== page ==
Writing Life: From a backyard owl to an American colony in Jerusalem

Featured photo of owl from US Library of Congress; American Colony in Jerusalem; 1900-1920

You never know what you’ll find when you go sleuthing for information. I learned some things today and ended up grabbing some soul balm to boot. Who knew a simple backyard owl experience could introduce me to the American Colony in Jerusalem?

Who knew there ever was an American Colony in Jerusalem? I found a riveting story because I searched for an owl photo to go with my video.

I was out back in my sanctuary as the clock approached midnight. I kept hearing the owl call, and I thought it’d be great to get it on video because then I could let my granddaughter hear a bird she and I have talked about since she could talk. There’s no video; just audio.

I realized I needed a good photo of an owl. I headed to the US Library of Congress and there I found an excellent photo dating to the early 1900s. The photo is part of the G. Eric and Edith Matson Photograph Collection.

What caught my eye, besides the excellent photo, is the credit: “American Colony (Jerusalem) Photo Department, photographer.”

An American Colony in Jerusalem? Thing is, this wasn’t an imperialist-founded colony.

The American Colony in Jerusalem was founded because of a personal tragedy, with one family perhaps seeking solace in the holy city after horrific tragedies.

Horatio and Anna Spafford were living in Chicago and were well to do. Mr. Spafford was an attorney. They had four daughters. In November, 1873 they planned a trip to Europe. Mrs. Spafford would travel with their daughters by ship and her husband would meet them later.

Shortly after Mrs. Spafford and her daughters set sail, disaster struck. A British ship rammed the ship she and her daughters traveled on. All four of the girls perished at sea. Several years later, the couple’s son died in Chicago, and the Great Chicago Fire erased much of the Staffords’ real estate wealth.

That’s enough tragedy to say grace over. The LOC provides a narrative about the Spaffords, recounting their role in establishing the American Colony in Jerusalem, and a gift Mr. Spafford gave to Christians around the world. As he traveled to meet his wife in the aftermath of their daughters’ deaths, Mr. Spafford’s ship passed over the spot where the ship had been rammed. He wrote one of the most beautiful hymns in the English language, “It Is Well with my Soul” as he “passed over their watery grave.”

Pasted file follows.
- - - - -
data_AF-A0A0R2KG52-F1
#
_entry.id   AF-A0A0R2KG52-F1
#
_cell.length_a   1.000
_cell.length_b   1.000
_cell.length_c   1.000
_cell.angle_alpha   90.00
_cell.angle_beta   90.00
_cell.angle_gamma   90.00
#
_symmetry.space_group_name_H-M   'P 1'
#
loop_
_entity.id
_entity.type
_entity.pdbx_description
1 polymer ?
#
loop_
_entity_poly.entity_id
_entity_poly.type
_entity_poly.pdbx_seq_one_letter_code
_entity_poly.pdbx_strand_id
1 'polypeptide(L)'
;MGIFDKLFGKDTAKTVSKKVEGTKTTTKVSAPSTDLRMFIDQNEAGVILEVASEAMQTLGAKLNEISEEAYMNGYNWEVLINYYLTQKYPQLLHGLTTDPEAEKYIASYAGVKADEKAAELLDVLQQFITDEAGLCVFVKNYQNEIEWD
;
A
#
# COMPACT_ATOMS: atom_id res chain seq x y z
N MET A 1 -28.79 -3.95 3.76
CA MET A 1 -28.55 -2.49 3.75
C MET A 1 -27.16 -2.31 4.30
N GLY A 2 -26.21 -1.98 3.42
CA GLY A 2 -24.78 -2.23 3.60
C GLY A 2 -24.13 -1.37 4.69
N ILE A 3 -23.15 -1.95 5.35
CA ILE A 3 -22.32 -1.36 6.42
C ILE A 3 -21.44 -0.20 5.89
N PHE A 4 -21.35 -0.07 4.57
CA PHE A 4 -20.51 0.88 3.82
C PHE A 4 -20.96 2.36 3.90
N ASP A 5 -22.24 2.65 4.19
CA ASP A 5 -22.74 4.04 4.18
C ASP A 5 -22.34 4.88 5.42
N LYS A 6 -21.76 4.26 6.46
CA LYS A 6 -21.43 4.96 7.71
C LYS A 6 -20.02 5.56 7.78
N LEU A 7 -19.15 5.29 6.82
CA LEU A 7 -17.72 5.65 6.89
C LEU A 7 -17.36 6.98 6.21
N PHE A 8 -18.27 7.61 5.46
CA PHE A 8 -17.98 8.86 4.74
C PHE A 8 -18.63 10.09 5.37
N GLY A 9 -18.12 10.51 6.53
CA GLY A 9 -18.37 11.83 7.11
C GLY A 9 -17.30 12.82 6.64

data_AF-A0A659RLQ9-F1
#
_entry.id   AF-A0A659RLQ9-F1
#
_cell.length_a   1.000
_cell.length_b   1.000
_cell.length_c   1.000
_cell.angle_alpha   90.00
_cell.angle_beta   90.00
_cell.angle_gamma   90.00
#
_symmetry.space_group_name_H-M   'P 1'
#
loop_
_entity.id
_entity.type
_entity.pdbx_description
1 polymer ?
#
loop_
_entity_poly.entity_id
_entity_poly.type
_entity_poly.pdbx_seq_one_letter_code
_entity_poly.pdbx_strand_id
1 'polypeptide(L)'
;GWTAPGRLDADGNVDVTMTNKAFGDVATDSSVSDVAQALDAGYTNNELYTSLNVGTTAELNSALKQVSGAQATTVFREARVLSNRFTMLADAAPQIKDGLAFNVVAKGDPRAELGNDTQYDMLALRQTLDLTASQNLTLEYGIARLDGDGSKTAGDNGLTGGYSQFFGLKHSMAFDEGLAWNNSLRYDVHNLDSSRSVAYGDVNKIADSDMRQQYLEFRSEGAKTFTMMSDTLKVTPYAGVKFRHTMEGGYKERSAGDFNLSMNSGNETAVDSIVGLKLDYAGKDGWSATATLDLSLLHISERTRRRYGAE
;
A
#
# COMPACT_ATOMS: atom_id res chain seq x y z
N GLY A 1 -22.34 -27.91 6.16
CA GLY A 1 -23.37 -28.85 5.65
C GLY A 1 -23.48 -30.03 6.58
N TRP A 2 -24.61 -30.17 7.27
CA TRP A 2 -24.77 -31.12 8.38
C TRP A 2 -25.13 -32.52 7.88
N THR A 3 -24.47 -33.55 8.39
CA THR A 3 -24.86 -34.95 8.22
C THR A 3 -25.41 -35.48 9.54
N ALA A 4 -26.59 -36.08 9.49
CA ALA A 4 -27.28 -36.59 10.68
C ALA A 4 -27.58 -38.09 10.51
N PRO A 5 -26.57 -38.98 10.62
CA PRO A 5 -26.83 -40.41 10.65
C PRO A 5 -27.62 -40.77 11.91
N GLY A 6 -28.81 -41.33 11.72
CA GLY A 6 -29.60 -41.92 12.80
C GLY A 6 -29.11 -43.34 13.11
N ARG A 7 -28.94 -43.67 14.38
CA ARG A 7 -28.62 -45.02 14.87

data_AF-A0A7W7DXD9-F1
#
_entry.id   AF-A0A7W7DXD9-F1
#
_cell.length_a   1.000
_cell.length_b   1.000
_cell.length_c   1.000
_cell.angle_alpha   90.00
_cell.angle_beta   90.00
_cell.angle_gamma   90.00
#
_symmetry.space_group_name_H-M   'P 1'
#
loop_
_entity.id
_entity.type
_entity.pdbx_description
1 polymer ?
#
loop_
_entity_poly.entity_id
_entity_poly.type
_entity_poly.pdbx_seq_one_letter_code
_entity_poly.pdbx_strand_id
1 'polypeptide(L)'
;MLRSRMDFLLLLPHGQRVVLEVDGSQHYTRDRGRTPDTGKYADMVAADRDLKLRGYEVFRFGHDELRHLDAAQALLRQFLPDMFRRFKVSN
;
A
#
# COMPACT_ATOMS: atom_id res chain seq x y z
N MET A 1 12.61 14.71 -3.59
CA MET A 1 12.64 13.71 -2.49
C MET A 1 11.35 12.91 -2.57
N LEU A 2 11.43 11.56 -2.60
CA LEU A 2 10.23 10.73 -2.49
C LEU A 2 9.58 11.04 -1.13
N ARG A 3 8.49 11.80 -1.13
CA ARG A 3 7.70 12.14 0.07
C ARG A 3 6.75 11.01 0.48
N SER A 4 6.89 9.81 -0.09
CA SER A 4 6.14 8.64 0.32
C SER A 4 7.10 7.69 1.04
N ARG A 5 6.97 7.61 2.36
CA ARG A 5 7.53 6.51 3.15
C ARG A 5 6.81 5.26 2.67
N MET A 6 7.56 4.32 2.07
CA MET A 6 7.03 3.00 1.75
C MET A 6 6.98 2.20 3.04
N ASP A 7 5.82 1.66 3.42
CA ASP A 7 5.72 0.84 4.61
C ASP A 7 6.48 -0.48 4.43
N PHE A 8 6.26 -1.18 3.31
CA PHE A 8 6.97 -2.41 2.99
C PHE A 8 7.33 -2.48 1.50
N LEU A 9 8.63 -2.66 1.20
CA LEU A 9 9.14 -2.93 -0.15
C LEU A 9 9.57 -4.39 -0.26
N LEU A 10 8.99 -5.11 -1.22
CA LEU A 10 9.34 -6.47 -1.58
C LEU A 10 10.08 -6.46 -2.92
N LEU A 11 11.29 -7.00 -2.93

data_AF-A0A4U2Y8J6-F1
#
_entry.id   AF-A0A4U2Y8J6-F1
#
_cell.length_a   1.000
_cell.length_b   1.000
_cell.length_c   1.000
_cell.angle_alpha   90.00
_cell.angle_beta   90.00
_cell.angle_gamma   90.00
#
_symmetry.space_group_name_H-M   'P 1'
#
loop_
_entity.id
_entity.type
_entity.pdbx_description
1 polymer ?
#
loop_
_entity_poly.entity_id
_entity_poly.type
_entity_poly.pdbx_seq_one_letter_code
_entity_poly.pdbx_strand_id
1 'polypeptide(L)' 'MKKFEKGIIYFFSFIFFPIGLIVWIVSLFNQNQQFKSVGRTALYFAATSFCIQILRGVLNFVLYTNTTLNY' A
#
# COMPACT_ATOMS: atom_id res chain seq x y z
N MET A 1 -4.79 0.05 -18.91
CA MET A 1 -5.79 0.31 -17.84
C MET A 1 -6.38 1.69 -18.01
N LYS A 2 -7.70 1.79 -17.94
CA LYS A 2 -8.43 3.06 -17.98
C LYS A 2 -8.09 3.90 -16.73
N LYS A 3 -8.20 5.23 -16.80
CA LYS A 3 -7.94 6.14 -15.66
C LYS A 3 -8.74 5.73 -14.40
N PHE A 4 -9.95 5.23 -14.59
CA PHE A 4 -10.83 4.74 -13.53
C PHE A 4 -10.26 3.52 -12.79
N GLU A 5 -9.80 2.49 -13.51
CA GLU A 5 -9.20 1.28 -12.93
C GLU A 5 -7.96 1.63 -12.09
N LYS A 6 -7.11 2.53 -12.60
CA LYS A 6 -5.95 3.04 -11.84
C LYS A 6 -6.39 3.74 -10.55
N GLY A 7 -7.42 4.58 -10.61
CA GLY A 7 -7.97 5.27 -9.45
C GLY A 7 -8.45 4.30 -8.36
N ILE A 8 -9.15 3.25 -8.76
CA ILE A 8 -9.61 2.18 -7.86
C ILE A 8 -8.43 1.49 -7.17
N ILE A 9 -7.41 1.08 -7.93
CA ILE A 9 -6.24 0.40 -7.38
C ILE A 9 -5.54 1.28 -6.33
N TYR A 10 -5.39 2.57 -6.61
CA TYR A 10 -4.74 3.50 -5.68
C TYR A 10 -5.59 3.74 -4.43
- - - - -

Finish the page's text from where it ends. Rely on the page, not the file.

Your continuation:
Next time I’m feeling down, I’ll try to remember the Spaffords’ story and the beautiful hymn rising from tragedy.

The American Colony in Jerusalem was an intact entity until the 1940s when Germany unglued the world with horrific acts of aggression. The colony left behind another gift—a treasure trove of photographs taken in Jerusalem while the colony existed.

When I searched for a photo of an owl, I had no idea I’d run into such an intriguing story. Owls are among my favorite raptors, and stories about them were passed along to me by many of the elders in my family. My grandmother’s generation perceived owls as a “token” something bad would happen. My mother likes to say when she hears an owl, it means someone will die.

I told my mom recently if someone died every time I heard an owl hoot in my Florida backyard, there’d be bodies all over the place. Owls are good birds and they’re very important to our environment.

I did get some nice audio of my owl. At the end of the audio, edited for upload compatibility, you’ll hear me tell the owl to go eat some Cuban…

Frogs. That’s the keyword missing from my request to Mrs. Owl.



Featured photo of owl from US Library of Congress; American Colony in Jerusalem; 1900-1920

Video of hymn “All Is Well with my Soul” from YouTube; Gaither Music TV; David Phelps and Guy Penrod.

Audio of owl hooting shot in late October, 2020 in Northeast Florida.

(Kay B. Day/November 4, 2020)

CD by Nancy Wilson Buckler
CD by Nancy Wilson Buckler


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